Companies asked to provide private areas for breastfeeding mums and fridges for storing breast milk
A government White Paper has called for companies to offer more support to their female employees who breastfeed. The suggestion comes ahead of a new law due to roll out in 2011 that enables dads to take more time off to help with childcare, which may see more mums returning to work before they have finished breastfeeding.
“Breastfeeding is one of the best ways to give babies good health, but our society doesn’t always make it easy for new mums to do it,” said Health Secretary Andrew Lansley, who hopes this move will increase breastfeeding rates and improve the health of babies and children.
Facilities would include a private room for feeding or expressing and cool boxes and fridges for storing expressed milk. The plans would also ask employers to be flexible and allow mums to take up to two hours a day in paid breaks to feed their baby.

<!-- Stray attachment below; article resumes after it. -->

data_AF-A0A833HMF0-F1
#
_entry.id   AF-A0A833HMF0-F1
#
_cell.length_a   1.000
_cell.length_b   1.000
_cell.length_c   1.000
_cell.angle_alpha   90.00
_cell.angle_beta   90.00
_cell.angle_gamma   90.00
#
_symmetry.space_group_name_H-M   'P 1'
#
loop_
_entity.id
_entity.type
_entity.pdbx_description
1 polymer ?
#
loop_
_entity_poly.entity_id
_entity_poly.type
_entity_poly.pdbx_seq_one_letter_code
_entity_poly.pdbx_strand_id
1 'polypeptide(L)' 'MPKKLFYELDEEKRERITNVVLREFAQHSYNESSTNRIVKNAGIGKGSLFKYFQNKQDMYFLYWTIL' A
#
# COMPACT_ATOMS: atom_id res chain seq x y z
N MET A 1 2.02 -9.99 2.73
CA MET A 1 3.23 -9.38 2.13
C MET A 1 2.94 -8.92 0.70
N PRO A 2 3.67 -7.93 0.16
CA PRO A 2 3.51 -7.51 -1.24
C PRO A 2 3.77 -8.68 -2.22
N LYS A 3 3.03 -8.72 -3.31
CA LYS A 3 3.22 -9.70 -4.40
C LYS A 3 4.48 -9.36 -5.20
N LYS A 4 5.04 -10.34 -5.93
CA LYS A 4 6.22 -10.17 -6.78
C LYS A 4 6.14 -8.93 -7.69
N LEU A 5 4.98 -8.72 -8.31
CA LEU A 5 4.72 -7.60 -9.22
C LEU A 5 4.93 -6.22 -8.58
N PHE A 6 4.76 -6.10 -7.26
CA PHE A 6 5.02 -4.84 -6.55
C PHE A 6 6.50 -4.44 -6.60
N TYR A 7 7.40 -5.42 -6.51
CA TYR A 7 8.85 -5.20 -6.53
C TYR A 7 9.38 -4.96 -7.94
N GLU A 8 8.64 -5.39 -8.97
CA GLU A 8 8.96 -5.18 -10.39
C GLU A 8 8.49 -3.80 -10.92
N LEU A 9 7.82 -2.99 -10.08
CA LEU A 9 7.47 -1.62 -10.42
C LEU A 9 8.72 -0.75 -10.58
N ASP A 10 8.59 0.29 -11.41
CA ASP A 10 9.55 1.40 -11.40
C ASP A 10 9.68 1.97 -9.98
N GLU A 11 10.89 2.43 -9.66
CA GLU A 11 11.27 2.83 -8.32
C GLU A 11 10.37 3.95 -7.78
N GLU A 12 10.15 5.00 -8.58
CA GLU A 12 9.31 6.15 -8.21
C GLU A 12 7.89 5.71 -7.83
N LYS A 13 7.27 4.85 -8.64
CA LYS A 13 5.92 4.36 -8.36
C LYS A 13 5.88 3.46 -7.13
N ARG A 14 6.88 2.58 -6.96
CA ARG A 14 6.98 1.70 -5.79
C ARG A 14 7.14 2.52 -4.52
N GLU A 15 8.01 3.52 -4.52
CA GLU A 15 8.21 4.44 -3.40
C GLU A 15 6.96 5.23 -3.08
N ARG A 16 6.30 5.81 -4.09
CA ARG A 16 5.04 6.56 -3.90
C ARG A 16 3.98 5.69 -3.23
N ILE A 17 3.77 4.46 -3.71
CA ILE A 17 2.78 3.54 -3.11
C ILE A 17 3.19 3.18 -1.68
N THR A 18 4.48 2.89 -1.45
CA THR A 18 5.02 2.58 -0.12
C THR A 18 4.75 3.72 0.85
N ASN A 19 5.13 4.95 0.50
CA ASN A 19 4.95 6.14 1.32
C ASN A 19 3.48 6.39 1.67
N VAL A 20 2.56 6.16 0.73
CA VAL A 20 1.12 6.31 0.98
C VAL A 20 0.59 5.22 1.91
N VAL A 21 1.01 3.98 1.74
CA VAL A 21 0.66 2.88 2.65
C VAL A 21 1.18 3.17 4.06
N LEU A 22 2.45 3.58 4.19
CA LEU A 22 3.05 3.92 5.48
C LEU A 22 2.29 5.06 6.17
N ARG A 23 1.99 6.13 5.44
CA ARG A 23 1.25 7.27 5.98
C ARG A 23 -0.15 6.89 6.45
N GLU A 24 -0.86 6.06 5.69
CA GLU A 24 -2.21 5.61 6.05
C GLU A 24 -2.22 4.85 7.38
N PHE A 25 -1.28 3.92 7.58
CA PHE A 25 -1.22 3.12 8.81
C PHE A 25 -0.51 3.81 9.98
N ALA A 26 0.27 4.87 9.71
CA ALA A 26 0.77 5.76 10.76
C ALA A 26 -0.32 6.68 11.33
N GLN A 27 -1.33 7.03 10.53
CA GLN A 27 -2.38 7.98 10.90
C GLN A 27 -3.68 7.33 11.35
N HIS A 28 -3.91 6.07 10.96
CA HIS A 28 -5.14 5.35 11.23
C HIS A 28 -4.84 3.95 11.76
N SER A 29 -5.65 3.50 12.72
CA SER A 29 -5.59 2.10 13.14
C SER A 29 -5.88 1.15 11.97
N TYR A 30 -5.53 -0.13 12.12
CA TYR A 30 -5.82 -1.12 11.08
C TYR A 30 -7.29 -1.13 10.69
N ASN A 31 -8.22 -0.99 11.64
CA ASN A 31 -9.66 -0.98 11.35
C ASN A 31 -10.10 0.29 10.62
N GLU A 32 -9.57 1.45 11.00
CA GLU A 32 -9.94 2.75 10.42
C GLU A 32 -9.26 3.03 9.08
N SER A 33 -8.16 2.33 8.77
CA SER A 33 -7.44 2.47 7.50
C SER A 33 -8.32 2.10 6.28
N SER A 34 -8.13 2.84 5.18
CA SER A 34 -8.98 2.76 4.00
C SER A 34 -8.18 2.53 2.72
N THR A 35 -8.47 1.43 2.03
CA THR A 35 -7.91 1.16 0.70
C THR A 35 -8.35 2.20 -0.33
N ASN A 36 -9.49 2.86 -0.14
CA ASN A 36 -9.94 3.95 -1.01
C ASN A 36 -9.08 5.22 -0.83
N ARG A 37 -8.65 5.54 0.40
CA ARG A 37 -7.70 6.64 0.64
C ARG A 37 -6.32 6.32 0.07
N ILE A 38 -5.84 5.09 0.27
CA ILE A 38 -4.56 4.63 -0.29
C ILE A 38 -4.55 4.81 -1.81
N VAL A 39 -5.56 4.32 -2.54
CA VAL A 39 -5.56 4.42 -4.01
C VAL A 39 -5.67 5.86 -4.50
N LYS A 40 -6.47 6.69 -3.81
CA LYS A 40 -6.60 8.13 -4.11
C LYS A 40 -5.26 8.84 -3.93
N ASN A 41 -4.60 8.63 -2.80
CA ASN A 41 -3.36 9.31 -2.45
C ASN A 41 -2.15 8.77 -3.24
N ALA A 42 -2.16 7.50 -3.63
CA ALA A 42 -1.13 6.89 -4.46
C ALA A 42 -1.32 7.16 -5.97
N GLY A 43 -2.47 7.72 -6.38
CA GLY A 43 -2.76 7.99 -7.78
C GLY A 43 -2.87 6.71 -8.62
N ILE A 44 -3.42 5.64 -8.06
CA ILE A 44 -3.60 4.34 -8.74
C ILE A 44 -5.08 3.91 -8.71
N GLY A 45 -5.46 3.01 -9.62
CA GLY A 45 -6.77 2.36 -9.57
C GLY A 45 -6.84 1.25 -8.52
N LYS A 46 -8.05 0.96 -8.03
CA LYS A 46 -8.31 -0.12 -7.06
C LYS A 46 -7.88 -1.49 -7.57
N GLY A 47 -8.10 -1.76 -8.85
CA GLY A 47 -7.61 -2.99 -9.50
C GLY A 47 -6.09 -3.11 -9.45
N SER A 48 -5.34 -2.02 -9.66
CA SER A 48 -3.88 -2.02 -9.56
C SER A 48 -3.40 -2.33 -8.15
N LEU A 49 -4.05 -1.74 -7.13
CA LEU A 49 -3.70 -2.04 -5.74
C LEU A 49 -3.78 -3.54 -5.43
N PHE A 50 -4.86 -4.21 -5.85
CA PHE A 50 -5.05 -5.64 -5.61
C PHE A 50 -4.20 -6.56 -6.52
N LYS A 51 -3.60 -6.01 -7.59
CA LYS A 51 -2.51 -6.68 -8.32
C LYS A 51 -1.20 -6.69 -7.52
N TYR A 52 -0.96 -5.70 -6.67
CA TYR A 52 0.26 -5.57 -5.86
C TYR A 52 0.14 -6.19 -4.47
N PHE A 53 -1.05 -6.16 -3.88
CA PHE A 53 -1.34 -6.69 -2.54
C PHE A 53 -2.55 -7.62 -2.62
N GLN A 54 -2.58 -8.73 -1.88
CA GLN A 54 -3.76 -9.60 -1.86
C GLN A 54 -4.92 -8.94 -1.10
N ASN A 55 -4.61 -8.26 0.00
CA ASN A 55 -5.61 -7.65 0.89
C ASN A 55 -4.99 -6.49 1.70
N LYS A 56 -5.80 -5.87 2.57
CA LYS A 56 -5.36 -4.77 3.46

However, business leaders have criticised the idea, suggesting it may harm women’s job prospects and be difficult for smaller businesses to comply with.
Would this encourage you to continue breastfeeding after you go back to work?
I think this is brilliant, as I have breastfed both my children after returning to work when they were 5 months (for economic reasons - my husband looks after the kids at home). I was fortunate enough to work at a place that provides a private 'quiet room' where I could go to express during my breaks and lunch hour (also prompted some good discussions on breastfeeding with colleagues). This eased my transition back to work (I didn't have to scale down daytime feeds before returning to prevent engorgement), and my LOs got expressed milk during the day - 2 ten-minute expresses with a hand pump gave me enough milk to cover the next day at home (supplemented by frozen cubes if necessary). It was discreet & easy - I just kept the pump & bottle in my lunchbag in the fridge, and ate lunch while expressing.
I think all women who want to should be given this opportunity - the World Health Organisation encourages breastfeeding for the first 2 years, but currently very few mums continue past the first 6 months.
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